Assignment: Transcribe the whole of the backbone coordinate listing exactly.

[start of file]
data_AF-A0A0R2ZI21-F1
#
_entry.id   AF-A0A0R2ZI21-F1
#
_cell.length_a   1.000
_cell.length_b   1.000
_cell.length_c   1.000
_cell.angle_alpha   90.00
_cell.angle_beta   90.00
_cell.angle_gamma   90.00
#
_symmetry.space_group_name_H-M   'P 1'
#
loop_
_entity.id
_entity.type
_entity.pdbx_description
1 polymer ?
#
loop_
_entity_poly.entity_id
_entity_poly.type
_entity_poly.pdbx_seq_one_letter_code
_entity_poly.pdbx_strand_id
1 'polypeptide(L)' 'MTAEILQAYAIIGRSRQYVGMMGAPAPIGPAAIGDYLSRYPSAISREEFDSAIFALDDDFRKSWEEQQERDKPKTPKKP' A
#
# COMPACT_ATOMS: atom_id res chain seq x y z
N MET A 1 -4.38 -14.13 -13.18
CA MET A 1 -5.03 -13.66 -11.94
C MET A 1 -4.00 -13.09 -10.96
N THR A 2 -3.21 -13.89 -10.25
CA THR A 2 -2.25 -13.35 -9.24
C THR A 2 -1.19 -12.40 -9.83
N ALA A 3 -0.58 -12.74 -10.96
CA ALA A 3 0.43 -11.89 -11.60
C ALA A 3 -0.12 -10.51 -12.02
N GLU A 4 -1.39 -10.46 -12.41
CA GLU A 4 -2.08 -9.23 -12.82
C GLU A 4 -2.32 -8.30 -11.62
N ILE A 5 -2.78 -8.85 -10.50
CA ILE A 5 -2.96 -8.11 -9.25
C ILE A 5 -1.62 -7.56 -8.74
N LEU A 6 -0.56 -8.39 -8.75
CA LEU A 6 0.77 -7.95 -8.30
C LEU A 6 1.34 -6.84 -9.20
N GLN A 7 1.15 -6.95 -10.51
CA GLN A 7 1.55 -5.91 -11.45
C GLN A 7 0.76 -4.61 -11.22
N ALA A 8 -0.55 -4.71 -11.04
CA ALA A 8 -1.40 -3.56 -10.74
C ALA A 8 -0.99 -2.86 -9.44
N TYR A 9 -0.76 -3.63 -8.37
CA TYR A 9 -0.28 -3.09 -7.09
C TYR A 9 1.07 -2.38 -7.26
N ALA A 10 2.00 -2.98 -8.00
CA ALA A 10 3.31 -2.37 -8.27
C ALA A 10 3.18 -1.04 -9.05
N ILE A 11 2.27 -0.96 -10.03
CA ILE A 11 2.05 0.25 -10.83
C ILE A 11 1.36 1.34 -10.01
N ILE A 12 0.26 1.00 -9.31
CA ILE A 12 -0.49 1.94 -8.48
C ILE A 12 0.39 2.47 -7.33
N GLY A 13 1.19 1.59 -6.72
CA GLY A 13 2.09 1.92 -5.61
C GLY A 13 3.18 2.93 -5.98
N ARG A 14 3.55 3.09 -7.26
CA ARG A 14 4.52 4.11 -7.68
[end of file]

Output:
data_AF-A0A0R2ZI21-F1
#
_entry.id   AF-A0A0R2ZI21-F1
#
_cell.length_a   1.000
_cell.length_b   1.000
_cell.length_c   1.000
_cell.angle_alpha   90.00
_cell.angle_beta   90.00
_cell.angle_gamma   90.00
#
_symmetry.space_group_name_H-M   'P 1'
#
loop_
_entity.id
_entity.type
_entity.pdbx_description
1 polymer ?
#
loop_
_entity_poly.entity_id
_entity_poly.type
_entity_poly.pdbx_seq_one_letter_code
_entity_poly.pdbx_strand_id
1 'polypeptide(L)' 'MTAEILQAYAIIGRSRQYVGMMGAPAPIGPAAIGDYLSRYPSAISREEFDSAIFALDDDFRKSWEEQQERDKPKTPKKP' A
#
# COMPACT_ATOMS: atom_id res chain seq x y z
N MET A 1 -4.38 -14.13 -13.18
CA MET A 1 -5.03 -13.66 -11.94
C MET A 1 -4.00 -13.09 -10.96
N THR A 2 -3.21 -13.89 -10.25
CA THR A 2 -2.25 -13.35 -9.24
C THR A 2 -1.19 -12.40 -9.83
N ALA A 3 -0.58 -12.74 -10.96
CA ALA A 3 0.43 -11.89 -11.60
C ALA A 3 -0.12 -10.51 -12.02
N GLU A 4 -1.39 -10.46 -12.41
CA GLU A 4 -2.08 -9.23 -12.82
C GLU A 4 -2.32 -8.30 -11.62
N ILE A 5 -2.78 -8.85 -10.50
CA ILE A 5 -2.96 -8.11 -9.25
C ILE A 5 -1.62 -7.56 -8.74
N LEU A 6 -0.56 -8.39 -8.75
CA LEU A 6 0.77 -7.95 -8.30
C LEU A 6 1.34 -6.84 -9.20
N GLN A 7 1.15 -6.95 -10.51
CA GLN A 7 1.55 -5.91 -11.45
C GLN A 7 0.76 -4.61 -11.22
N ALA A 8 -0.55 -4.71 -11.04
CA ALA A 8 -1.40 -3.56 -10.74
C ALA A 8 -0.99 -2.86 -9.44
N TYR A 9 -0.76 -3.63 -8.37
CA TYR A 9 -0.28 -3.09 -7.09
C TYR A 9 1.07 -2.38 -7.26
N ALA A 10 2.00 -2.98 -8.00
CA ALA A 10 3.31 -2.37 -8.27
C ALA A 10 3.18 -1.04 -9.05
N ILE A 11 2.27 -0.96 -10.03
CA ILE A 11 2.05 0.25 -10.83
C ILE A 11 1.36 1.34 -10.01
N ILE A 12 0.26 1.00 -9.31
CA ILE A 12 -0.49 1.94 -8.48
C ILE A 12 0.39 2.47 -7.33
N GLY A 13 1.19 1.59 -6.72
CA GLY A 13 2.09 1.92 -5.61
C GLY A 13 3.18 2.93 -5.98
N ARG A 14 3.55 3.09 -7.26
CA ARG A 14 4.52 4.11 -7.68